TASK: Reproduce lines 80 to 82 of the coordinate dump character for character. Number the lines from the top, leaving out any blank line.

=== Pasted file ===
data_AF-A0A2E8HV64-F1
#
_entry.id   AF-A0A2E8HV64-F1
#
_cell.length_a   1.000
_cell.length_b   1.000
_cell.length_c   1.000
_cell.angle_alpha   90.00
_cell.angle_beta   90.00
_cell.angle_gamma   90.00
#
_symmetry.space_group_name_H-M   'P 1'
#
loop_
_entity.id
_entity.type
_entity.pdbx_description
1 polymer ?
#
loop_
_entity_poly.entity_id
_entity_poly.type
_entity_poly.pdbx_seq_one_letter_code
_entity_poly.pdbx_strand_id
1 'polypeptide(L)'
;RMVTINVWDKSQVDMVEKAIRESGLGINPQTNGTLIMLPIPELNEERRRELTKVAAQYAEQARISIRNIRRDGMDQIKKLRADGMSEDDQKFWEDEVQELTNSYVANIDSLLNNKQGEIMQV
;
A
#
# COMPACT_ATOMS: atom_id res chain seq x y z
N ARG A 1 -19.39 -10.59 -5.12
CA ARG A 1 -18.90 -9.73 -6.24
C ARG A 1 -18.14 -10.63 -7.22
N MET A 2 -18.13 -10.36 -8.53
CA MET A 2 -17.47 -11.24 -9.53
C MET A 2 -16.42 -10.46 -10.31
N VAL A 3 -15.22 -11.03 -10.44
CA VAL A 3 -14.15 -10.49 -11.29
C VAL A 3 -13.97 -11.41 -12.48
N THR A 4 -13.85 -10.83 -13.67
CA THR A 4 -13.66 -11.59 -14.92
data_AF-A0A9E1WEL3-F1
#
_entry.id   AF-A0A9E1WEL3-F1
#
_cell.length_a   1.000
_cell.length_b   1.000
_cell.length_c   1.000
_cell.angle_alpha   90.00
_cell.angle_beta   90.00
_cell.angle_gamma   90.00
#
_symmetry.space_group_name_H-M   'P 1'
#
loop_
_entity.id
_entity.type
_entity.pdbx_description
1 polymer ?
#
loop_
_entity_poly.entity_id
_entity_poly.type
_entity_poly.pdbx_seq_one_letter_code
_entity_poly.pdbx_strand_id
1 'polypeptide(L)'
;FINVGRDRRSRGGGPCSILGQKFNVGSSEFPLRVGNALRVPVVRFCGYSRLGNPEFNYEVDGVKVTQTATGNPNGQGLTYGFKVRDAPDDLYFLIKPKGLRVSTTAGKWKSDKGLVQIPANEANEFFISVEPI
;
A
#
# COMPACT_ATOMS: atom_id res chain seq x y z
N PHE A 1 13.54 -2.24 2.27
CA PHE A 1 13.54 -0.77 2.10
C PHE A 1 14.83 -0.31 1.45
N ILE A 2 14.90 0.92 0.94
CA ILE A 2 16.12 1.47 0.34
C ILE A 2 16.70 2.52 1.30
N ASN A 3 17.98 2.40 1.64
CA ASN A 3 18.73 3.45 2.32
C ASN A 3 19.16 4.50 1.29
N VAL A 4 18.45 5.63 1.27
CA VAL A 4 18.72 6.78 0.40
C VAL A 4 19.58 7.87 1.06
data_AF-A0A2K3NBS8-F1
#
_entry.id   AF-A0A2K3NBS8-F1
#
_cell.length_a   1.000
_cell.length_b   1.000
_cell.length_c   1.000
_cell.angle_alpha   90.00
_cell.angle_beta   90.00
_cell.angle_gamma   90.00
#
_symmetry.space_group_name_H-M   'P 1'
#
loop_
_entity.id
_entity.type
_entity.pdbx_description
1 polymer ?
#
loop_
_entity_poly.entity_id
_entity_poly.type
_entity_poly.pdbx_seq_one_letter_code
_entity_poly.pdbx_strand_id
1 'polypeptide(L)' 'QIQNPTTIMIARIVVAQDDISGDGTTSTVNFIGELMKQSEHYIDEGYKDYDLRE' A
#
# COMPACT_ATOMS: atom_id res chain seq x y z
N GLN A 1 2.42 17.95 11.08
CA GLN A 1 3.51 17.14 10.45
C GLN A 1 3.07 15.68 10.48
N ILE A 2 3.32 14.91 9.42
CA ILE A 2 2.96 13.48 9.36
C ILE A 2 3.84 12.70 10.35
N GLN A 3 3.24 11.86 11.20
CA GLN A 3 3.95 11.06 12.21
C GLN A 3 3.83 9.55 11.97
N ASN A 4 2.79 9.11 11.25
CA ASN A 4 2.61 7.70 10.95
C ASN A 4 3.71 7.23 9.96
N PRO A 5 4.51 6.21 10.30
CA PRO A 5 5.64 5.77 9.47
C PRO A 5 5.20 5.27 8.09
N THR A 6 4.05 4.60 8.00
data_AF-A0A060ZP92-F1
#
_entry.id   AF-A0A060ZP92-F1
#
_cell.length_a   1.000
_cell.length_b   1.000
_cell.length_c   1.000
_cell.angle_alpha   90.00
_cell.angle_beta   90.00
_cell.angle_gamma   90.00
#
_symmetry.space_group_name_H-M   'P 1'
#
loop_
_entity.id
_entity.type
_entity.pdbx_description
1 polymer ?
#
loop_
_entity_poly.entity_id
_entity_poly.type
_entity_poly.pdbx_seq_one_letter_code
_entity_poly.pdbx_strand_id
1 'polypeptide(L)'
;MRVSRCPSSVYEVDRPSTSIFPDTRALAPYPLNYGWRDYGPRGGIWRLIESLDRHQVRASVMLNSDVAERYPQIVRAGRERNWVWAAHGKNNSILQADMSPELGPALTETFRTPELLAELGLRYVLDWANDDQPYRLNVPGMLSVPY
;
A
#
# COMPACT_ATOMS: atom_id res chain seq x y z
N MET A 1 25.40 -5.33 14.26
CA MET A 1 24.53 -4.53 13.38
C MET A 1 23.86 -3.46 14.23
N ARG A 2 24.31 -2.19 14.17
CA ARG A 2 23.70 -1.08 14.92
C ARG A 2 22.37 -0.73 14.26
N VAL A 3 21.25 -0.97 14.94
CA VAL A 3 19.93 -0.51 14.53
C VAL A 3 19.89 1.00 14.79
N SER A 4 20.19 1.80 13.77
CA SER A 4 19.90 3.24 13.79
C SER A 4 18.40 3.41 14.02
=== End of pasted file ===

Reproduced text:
C ASN A 3 19.16 4.50 1.29
N VAL A 4 18.45 5.63 1.27
CA VAL A 4 18.72 6.78 0.40